Intuition, foreboding, and faith create unexpected connections as an artist in her studio feels guided to create an unexpected painting, whose subject is an adventurer caught in a storm on the side of a mountain.
Each of us experiences some sort of evolution when it comes to celebrating the holidays. Miranda Jones still enjoys the Christmas traditions her parents started, and this year she’ll be joining them for a special trip to revisit favorite childhood traditions. But she also wants to create her own traditions in her new home, Milford-Haven. She invites over the small group of friends she’s made during her few months since moving to the Central Coast, honoring and including them by asking each to bring a favorite dish. Sally, a restaurant owner, brings her “Christmas eggs,” Kevin, a construction worker, brings sausages, Samantha, head of the Environmental Planning Commission, brings a beautiful fresh fruit salad, and Miranda makes her signature “Watercolor Pancakes” (the recipe at end of book). Sharing the preparation of the food is a prelude to sharing what really matters—the sense of connection, community, and mutual support. Each of these characters is on a journey to find a more evolved sense of home, and this cozy, cheerful interlude reassures and uplifts their spirits, while filling their bellies to capacity. Small celebrations like this have always been important to me, and they’re still among my favorite events to plan for my core group of friends. I hope you enjoy something similar during your holidays.
Can a young woman with a promising future in the big city find happiness in a small, coastal town? Book One of the Milford-Haven Novels, based on the author's own hit BBC Radio Drama, introduces the beautiful coastal town Milford-Haven and its several residents, including protagonist Miranda Jones. An ambitious young artist whose paintings are beginning to succeed in the competitive art world, she is also on an internal personal journey to establish her own sense of spirituality and purpose. Author Mara Purl is a former soap opera celebrity from Days of Our Lives, as well as a former journalist from the London Financial Times and the Associated Press. Through her novel series she has established a loyal following in the Women's Fiction genre. Short stories appear as prequels to each novel, extending the five-book series.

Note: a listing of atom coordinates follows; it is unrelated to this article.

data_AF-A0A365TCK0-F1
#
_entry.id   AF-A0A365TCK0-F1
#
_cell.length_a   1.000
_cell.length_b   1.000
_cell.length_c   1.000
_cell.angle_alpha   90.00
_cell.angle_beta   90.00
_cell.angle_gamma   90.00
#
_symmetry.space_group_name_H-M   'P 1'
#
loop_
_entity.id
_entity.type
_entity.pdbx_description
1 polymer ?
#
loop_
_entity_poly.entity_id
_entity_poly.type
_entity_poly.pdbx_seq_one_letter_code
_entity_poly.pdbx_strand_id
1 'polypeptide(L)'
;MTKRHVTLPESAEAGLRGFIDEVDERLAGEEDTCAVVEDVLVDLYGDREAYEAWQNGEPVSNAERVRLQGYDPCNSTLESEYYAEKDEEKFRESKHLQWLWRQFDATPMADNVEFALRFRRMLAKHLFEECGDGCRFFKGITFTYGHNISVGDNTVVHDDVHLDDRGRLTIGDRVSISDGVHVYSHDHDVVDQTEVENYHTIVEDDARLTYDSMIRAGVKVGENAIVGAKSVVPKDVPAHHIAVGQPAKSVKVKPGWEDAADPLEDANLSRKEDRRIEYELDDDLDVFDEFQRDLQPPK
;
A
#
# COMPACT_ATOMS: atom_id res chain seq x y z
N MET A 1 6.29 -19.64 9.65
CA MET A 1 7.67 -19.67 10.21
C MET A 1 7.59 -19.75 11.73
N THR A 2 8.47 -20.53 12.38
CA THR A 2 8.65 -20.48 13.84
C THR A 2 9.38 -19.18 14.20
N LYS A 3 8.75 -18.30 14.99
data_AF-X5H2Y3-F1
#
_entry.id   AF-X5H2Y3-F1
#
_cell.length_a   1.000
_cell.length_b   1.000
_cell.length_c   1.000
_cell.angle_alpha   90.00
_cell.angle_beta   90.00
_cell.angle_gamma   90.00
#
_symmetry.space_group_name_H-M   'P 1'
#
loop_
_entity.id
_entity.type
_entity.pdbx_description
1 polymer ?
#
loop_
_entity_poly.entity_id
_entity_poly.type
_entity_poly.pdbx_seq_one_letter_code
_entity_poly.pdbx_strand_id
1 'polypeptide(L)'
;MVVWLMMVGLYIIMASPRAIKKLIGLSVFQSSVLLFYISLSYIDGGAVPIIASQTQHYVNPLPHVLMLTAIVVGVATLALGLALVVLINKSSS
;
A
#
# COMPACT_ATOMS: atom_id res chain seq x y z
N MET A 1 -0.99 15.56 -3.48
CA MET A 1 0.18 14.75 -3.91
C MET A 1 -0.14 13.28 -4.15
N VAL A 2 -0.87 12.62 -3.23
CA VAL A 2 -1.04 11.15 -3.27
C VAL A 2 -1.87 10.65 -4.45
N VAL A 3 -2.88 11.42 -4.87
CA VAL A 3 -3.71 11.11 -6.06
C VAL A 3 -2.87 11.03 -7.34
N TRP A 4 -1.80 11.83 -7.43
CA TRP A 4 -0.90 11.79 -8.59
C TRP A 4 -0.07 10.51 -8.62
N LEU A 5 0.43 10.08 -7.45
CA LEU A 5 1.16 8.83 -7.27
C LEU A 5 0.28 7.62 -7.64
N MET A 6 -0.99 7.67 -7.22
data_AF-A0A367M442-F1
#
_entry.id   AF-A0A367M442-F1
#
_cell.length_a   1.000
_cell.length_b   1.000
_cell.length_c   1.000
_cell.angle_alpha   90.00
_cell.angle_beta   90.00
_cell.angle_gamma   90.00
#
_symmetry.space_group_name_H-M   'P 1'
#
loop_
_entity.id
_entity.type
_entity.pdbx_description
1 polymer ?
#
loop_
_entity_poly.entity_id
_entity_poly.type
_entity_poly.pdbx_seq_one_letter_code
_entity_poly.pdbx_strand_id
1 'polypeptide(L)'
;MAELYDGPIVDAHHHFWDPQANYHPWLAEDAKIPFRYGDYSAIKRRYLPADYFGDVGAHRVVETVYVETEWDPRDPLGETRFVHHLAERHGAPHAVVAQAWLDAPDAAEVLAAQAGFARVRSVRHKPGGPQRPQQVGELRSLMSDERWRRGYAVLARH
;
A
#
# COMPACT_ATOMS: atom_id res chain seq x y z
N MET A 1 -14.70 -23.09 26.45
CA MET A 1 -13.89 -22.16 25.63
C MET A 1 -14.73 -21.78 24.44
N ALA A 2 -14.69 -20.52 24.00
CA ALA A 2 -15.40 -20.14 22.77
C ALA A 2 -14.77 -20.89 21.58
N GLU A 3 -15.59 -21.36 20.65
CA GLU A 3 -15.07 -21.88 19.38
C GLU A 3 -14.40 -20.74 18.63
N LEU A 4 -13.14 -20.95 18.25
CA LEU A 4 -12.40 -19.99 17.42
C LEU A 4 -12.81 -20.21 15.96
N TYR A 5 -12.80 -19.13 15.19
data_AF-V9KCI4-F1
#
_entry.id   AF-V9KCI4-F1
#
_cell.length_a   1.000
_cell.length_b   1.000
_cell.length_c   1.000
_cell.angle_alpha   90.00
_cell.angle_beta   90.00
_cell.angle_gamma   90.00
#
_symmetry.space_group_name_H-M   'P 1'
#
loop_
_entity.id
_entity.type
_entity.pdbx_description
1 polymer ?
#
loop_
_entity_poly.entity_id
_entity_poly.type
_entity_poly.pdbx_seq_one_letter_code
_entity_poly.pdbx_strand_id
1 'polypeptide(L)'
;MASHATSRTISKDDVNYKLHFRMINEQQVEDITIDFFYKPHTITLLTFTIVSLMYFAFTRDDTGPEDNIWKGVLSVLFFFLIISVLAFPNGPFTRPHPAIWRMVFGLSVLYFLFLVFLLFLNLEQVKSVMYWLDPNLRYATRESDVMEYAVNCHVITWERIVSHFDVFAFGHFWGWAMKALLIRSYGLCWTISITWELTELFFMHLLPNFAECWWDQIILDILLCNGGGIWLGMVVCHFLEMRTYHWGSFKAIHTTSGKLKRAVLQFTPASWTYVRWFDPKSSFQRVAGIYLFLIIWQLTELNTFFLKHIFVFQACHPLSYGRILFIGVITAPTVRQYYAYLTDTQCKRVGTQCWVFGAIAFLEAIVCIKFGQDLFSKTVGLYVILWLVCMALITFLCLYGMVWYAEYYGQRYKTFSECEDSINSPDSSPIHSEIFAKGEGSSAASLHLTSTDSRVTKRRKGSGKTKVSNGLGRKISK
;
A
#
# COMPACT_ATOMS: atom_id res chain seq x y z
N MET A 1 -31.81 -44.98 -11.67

Are sea otters as cute and clever as they seem? Miranda Jones is as captivated by their sweet faces as she is spellbound by their antics. She can hardly wait to interact with them on her kayaking expedition off California’s Central Coast. Yet nothing could be more surprising than the controversy they’ve caused in the sun-drenched Santa Barbara waters, nor more disturbing than the vehement hatred they seem to inspire among local fishermen. Are the otters really so adorable? Or is there more at stake . . . When Otters Play?
My irritating character "Mrs. Lime" surprised me by showing up again in this novella. No matter where protagonist wildlife-artist Miranda Jones goes, Mrs. Lime seems to follow. This time, as usual, she refuses to follow the recommendations of the experienced mariners around her, and do as she pleases, which puts humans and animals at risk. We know she has no manners, talks (or screams) too loudly, and wears an obnoxious color. Yet her devoted husband protects and cherishes her. In this story, we do find out more about this apparently unsympathetic character. And for sure, we have some more laughs at her expense!
Three years of research went into the writing of "When Otters Play," all of it fascinating. One great privilege was working with the director of the Sea Otter Rescue Program at the Monterey Bay Aquarium. She took me "backstage" to observe not only the professional care given all the rescued otters, but also the tender regard for this fellow creature. Theirs is a practice of both head and heart, and I wanted to make sure to bring both into my story. In this excerpt, we see my fictional Director handling a rescued baby. They are so cute you just want to take one home! But preparing them for a healthy and safe next chapter of life is the real goal. I hope my readers enjoy this precious little one as much as I do!